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This Is What It Really Feels Like To Live With OCD

By Emma Brannigan McQueen

OCD feels different depending on the situation. Some people I’ve spoken to refer to it as the itch that can’t be scratched and the voice inside your head that gets louder the harder you try to ignore it. What does it feel like when you’re in a social situation? The explanation usually renders the person asking the question looking a bit awkward and leaving them a little lost for words; it feels like you are drowning.

It feels as though everyone around you floats and swims and splashes in the water but your ankles are tethered to the sea bed by rusted bolts. Your mind is clouded by panic and over thinking. You drown in front of people with a smile and pretend that you can swim, that you can breathe. The internal overthinking drowns you, whilst you look for something or someone that can help to keep you afloat.

What a strange feeling it is to drown in a living room. How debilitating it is to lose your voice to your anxiety in front of people. How weird you look; how huffy you appear and how rude you seem. Clearly there’s something the matter but how do you tell people you’re drowning in the living room?

The anxiety caused by the OCD can strike whenever the mood takes it and when I say that the anxiety clutches at you and consumes you, I mean it. The anxiety and overthinking creeps up behind you and covers your mouth, you analyse everything around you until it paralyses you. It ruins the party, it destroys your Saturday afternoon and obliterates your happiness. I have lost count of the times holidays and nights with friends have been wrecked by this vile little friend that pushes me into the water, shackles my feet and holds my head underneath the surface.

The OCD doesn’t go away. There isn’t a cure. So, we learn to swim a little stronger and breathe a little better when the water envelopes us. We learn to breathe in the living rooms and kitchens at parties and we work on the things which help us to keep our heads above the water.

The work it takes to commit to managing your condition is relentless and tiring. Constant running of therapy scripts, emotional freedom techniques and continual awareness of your thoughts leaves you exhausted with the swim and leaves you with a horrifying feeling that it will never end. Sometimes you want to take a breath of water and sink far below with the weird fish with lightbulbs on their heads.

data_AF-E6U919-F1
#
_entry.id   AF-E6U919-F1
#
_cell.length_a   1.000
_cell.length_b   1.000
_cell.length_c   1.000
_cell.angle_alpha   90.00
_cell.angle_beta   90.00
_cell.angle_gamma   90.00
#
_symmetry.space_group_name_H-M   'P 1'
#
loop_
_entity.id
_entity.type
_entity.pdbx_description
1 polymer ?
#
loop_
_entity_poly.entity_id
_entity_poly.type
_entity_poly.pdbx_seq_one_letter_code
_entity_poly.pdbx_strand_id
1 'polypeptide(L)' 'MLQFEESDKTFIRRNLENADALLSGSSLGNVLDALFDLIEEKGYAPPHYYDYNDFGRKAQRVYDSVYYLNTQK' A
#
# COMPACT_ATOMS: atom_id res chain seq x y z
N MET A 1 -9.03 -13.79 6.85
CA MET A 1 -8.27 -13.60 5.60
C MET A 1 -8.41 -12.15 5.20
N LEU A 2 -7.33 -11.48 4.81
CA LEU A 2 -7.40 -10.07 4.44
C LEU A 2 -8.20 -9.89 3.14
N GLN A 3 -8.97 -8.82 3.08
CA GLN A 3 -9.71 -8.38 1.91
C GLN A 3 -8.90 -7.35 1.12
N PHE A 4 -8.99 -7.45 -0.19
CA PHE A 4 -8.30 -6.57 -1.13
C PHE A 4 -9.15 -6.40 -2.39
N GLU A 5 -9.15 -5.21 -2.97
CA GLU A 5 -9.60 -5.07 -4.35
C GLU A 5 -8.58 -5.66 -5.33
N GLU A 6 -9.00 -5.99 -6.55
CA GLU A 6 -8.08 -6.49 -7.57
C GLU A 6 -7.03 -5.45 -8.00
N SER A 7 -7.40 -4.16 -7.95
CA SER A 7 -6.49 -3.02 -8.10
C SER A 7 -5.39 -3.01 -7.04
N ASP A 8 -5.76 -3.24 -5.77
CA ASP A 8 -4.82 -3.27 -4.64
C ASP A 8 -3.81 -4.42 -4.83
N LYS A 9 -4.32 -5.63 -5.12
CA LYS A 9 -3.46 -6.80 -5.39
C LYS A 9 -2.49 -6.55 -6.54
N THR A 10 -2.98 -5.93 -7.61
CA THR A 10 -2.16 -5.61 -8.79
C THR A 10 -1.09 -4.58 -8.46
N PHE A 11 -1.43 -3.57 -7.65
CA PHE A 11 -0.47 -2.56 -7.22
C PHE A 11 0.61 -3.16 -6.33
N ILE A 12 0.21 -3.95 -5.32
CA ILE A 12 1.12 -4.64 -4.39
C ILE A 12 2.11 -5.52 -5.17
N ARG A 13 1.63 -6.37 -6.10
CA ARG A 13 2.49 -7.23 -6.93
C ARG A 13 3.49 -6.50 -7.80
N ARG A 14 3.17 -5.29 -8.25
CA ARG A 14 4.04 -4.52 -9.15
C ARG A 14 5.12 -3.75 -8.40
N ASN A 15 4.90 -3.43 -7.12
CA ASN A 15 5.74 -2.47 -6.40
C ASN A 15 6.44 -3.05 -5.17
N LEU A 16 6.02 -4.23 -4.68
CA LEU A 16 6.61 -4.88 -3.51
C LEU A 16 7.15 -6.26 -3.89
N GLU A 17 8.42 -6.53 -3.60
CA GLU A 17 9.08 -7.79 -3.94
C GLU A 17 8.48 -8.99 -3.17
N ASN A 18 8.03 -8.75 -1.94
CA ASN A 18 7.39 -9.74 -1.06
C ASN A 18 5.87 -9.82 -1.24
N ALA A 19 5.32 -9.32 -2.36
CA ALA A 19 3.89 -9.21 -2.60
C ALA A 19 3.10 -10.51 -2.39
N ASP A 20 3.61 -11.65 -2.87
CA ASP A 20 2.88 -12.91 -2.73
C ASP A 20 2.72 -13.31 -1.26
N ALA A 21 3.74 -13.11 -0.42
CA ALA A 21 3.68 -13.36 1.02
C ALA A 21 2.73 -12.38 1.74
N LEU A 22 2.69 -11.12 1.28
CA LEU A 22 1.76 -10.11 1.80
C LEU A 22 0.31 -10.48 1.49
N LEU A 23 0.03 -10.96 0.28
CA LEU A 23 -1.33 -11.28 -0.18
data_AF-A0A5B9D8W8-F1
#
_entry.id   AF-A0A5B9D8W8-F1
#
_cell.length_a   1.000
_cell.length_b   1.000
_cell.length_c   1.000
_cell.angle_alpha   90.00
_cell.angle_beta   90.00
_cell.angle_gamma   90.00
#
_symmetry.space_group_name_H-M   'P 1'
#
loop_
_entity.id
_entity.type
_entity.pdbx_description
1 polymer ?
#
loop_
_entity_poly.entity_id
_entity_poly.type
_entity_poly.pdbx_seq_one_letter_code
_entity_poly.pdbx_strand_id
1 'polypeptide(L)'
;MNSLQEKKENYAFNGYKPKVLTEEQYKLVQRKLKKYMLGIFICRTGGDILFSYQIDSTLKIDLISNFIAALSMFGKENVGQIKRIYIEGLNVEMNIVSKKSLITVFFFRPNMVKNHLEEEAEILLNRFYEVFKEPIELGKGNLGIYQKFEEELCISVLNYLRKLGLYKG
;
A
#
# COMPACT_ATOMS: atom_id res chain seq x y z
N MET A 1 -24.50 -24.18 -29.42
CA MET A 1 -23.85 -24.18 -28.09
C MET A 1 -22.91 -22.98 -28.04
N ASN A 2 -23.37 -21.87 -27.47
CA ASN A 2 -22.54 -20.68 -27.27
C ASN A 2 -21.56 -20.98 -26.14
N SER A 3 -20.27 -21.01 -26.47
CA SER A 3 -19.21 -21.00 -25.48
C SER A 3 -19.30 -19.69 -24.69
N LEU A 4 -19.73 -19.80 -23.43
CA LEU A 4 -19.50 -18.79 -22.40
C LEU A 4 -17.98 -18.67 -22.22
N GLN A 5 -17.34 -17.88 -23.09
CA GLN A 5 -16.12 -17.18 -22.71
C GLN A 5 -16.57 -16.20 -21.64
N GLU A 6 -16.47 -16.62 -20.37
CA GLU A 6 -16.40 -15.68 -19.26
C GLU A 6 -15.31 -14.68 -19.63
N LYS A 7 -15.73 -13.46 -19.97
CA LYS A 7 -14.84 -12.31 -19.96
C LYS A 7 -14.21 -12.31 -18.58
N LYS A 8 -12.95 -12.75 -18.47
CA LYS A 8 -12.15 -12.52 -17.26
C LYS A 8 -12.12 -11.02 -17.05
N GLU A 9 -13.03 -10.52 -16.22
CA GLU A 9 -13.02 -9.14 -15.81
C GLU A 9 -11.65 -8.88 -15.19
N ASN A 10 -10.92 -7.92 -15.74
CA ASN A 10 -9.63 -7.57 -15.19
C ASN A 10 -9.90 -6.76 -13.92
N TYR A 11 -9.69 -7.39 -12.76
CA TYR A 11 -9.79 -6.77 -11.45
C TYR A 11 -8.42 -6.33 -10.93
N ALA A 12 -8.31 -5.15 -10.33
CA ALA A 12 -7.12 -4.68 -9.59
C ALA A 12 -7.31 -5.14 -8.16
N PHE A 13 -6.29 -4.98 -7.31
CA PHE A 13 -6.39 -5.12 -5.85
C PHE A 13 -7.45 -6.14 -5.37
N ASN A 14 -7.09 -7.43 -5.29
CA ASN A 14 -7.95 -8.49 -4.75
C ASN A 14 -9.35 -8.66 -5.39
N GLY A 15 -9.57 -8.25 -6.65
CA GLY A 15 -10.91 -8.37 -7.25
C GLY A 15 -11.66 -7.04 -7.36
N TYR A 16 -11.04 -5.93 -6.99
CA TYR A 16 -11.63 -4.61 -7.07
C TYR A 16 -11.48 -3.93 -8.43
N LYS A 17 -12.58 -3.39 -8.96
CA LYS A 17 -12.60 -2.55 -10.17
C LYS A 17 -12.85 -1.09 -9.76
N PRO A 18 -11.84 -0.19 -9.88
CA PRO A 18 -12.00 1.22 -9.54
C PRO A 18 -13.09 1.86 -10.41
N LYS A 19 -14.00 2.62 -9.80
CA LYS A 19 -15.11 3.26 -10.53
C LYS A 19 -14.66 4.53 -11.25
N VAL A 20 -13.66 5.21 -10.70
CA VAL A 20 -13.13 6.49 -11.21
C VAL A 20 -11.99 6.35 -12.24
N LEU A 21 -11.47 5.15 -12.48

Sinking to the depths is eternally quiet and dark and you do not need to exist on the shore any longer. Sinking forever sometimes feels like the only option however, when you manage to reach the surface and catch your breath, think how sad it would be to never make it to land and feel the warm sand in between your toes. How sad it would be to never close your eyes and feel the sun on your face, freckling your cheeks, how unfortunate you would be to never kneel by the tide and build sand castles again. There are always reasons to keep swimming.

The anxiety tries to pull you down with the ships and treasure chests imbedded in the sand deep down below. It makes you believe that you are done for and unable to survive. This is a lie. It is a false message in a bottle floating on the waves. It is a message which you should never believe.

Because of this, we keep swimming and look for the people around us who can help us when we are in trouble. You can’t always reach the shore on your own and that’s ok. Reach out.

These life guards see you when you shout, they reach out and they help to save you; they swim out in the choppiest of waters, remove the shackles and pull you from the sea foam. My life guards do not wear Baywatch red and run in slow motion, they use those candles and torches we spoke of last time like a lighthouse beam. They spot me in the darkest of waters and pull me from the scary depths.

So, try and swim to the beach or reach out to the life guards waiting in the water for you, build your sandcastles and close your eyes to the sun when you can until you need to swim again.

Via:: https://www.huffingtonpost.co.uk/entry/anxiety-ocd_uk_5ba2327ee4b055e625318161